C. elegans pharyngeal bulb fluorescent intensity

Hi all,

Thank you so much for the Worm Toolbox, it’s wonderful!

I’m also attempting to measure fluorescent (GFP) intensity in the pharyngeal bulbs of my worms. The point of my project is to see if polyphenol antioxidants will prevent a GFP flare up- so my question: how can I identify bulbs that aren’t lighting up with GFP? The bulbs are very difficult to see in the picture by eye. Although this is great and means my experiment is working, it makes quantification of a nonexistant fluorescence very difficult.

Any ideas would be greatly appreciated! If not, I’ll stick with qualitative data analysis…

Hi,
I’m quite confident it should be possible to quantify your phenotype using the Worm Toolbox.
There are a few alternative approaches:
A. If you can use a pharynx-specific marker, use IdentifyPrimaryObjects on this channel and measure intensity in GFP for pharynx object.
B. If you do not have a pharynx marker, you can still extract fluorescence from the approximate position of the pharyngeal bulb by using the Worm Toolbox to untangle clustered worms, ‘straighten’ the worms, and map them to a common low-resolution atlas.
First of all, you need a good foreground/background segmentation of the worms, if possible using a bright-field image of the worms.
Using non-touching worms (selected by size-filtering or EditObjectsManually), use the UntangleWorms module, in the ‘Training’ mode, and train a model of the variability in shape of your worms (the .xml file produced can be used for all your experiments, as long as you use the same microscope settings & worms). Thereafter, use the UntangleWorms module in the ‘Untangle’ mode, followed by ‘StraightenWorms’, where you specify the GFP channel as the image to straighten, and specify ~6 transverse segments (atlas sub-regions) from which GFP intensity is extracted. Without a common head-marker, you may not know in what end of the worm the pharyngeal bulb is located, but e.g. using the difference in GFP fluorescence between sub-segment 2of6 and 4of6 you should be able to separate the two phenotypes.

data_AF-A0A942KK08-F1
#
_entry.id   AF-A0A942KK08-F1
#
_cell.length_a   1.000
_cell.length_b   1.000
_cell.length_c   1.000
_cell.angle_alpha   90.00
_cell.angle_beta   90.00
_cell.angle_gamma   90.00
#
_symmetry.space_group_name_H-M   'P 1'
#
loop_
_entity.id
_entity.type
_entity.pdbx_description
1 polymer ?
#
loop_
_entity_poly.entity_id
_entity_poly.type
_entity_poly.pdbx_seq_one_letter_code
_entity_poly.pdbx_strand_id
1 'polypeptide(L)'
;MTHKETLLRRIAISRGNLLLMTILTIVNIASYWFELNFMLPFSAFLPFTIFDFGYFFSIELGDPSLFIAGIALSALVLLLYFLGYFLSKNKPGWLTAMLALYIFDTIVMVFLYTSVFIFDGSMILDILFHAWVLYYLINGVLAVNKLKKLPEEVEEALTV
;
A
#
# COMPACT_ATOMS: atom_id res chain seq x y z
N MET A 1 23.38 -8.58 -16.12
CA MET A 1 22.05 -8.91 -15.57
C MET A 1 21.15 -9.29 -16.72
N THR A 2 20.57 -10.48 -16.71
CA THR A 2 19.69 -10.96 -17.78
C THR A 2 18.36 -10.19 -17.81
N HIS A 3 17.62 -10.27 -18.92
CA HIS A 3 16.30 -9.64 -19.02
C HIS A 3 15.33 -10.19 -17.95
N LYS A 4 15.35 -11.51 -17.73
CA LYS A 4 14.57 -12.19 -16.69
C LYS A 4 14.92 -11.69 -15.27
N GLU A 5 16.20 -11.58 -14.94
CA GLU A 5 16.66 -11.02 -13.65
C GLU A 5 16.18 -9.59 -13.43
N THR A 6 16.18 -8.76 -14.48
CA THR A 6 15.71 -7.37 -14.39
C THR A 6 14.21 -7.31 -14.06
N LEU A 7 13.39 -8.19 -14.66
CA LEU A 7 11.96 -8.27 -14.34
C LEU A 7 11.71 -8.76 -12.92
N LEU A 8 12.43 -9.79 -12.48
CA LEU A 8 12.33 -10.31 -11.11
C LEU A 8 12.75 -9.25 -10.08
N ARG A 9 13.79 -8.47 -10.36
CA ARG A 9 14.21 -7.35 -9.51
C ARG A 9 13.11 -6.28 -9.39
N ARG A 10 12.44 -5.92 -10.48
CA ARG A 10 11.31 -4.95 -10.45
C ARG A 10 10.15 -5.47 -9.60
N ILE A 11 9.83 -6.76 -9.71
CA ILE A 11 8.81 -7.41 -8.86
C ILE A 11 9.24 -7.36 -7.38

We will soon publish a number of sample pipelines on the website, and you’re welcome to send a sample image so that I can help you set up your pipeline.

-Carolina

Wow, thanks for the help! The only challenge with your second suggestion is that for this part of my research I’m only analyzing one worm at a time, because its difficult to see the GFP at anything less than 40X. I’ve posted a picture of my positive control (the super green worm) and my normal control. Like I said, the hard part is quantifying a pharyngeal bulb that’s hardly visible, like in the normal control picture.

If you include a pipeline for this in your tutorials that would be wonderful! If not, thank you for taking the time to respond!




Hi,
The WormToolbox has been developed mainly for low-resolution data where the whole worm fits within the field of view. It is not a problem that there is only one worm per image (that only makes things easier), but for the Untangling-Straightening-FeatureExtraction to work, you have to use slightly lower magnification and also acquire a bright field image that can be used to define what is worm as compared to background, which is difficult to do from your fluorescence images alone.
-Carolina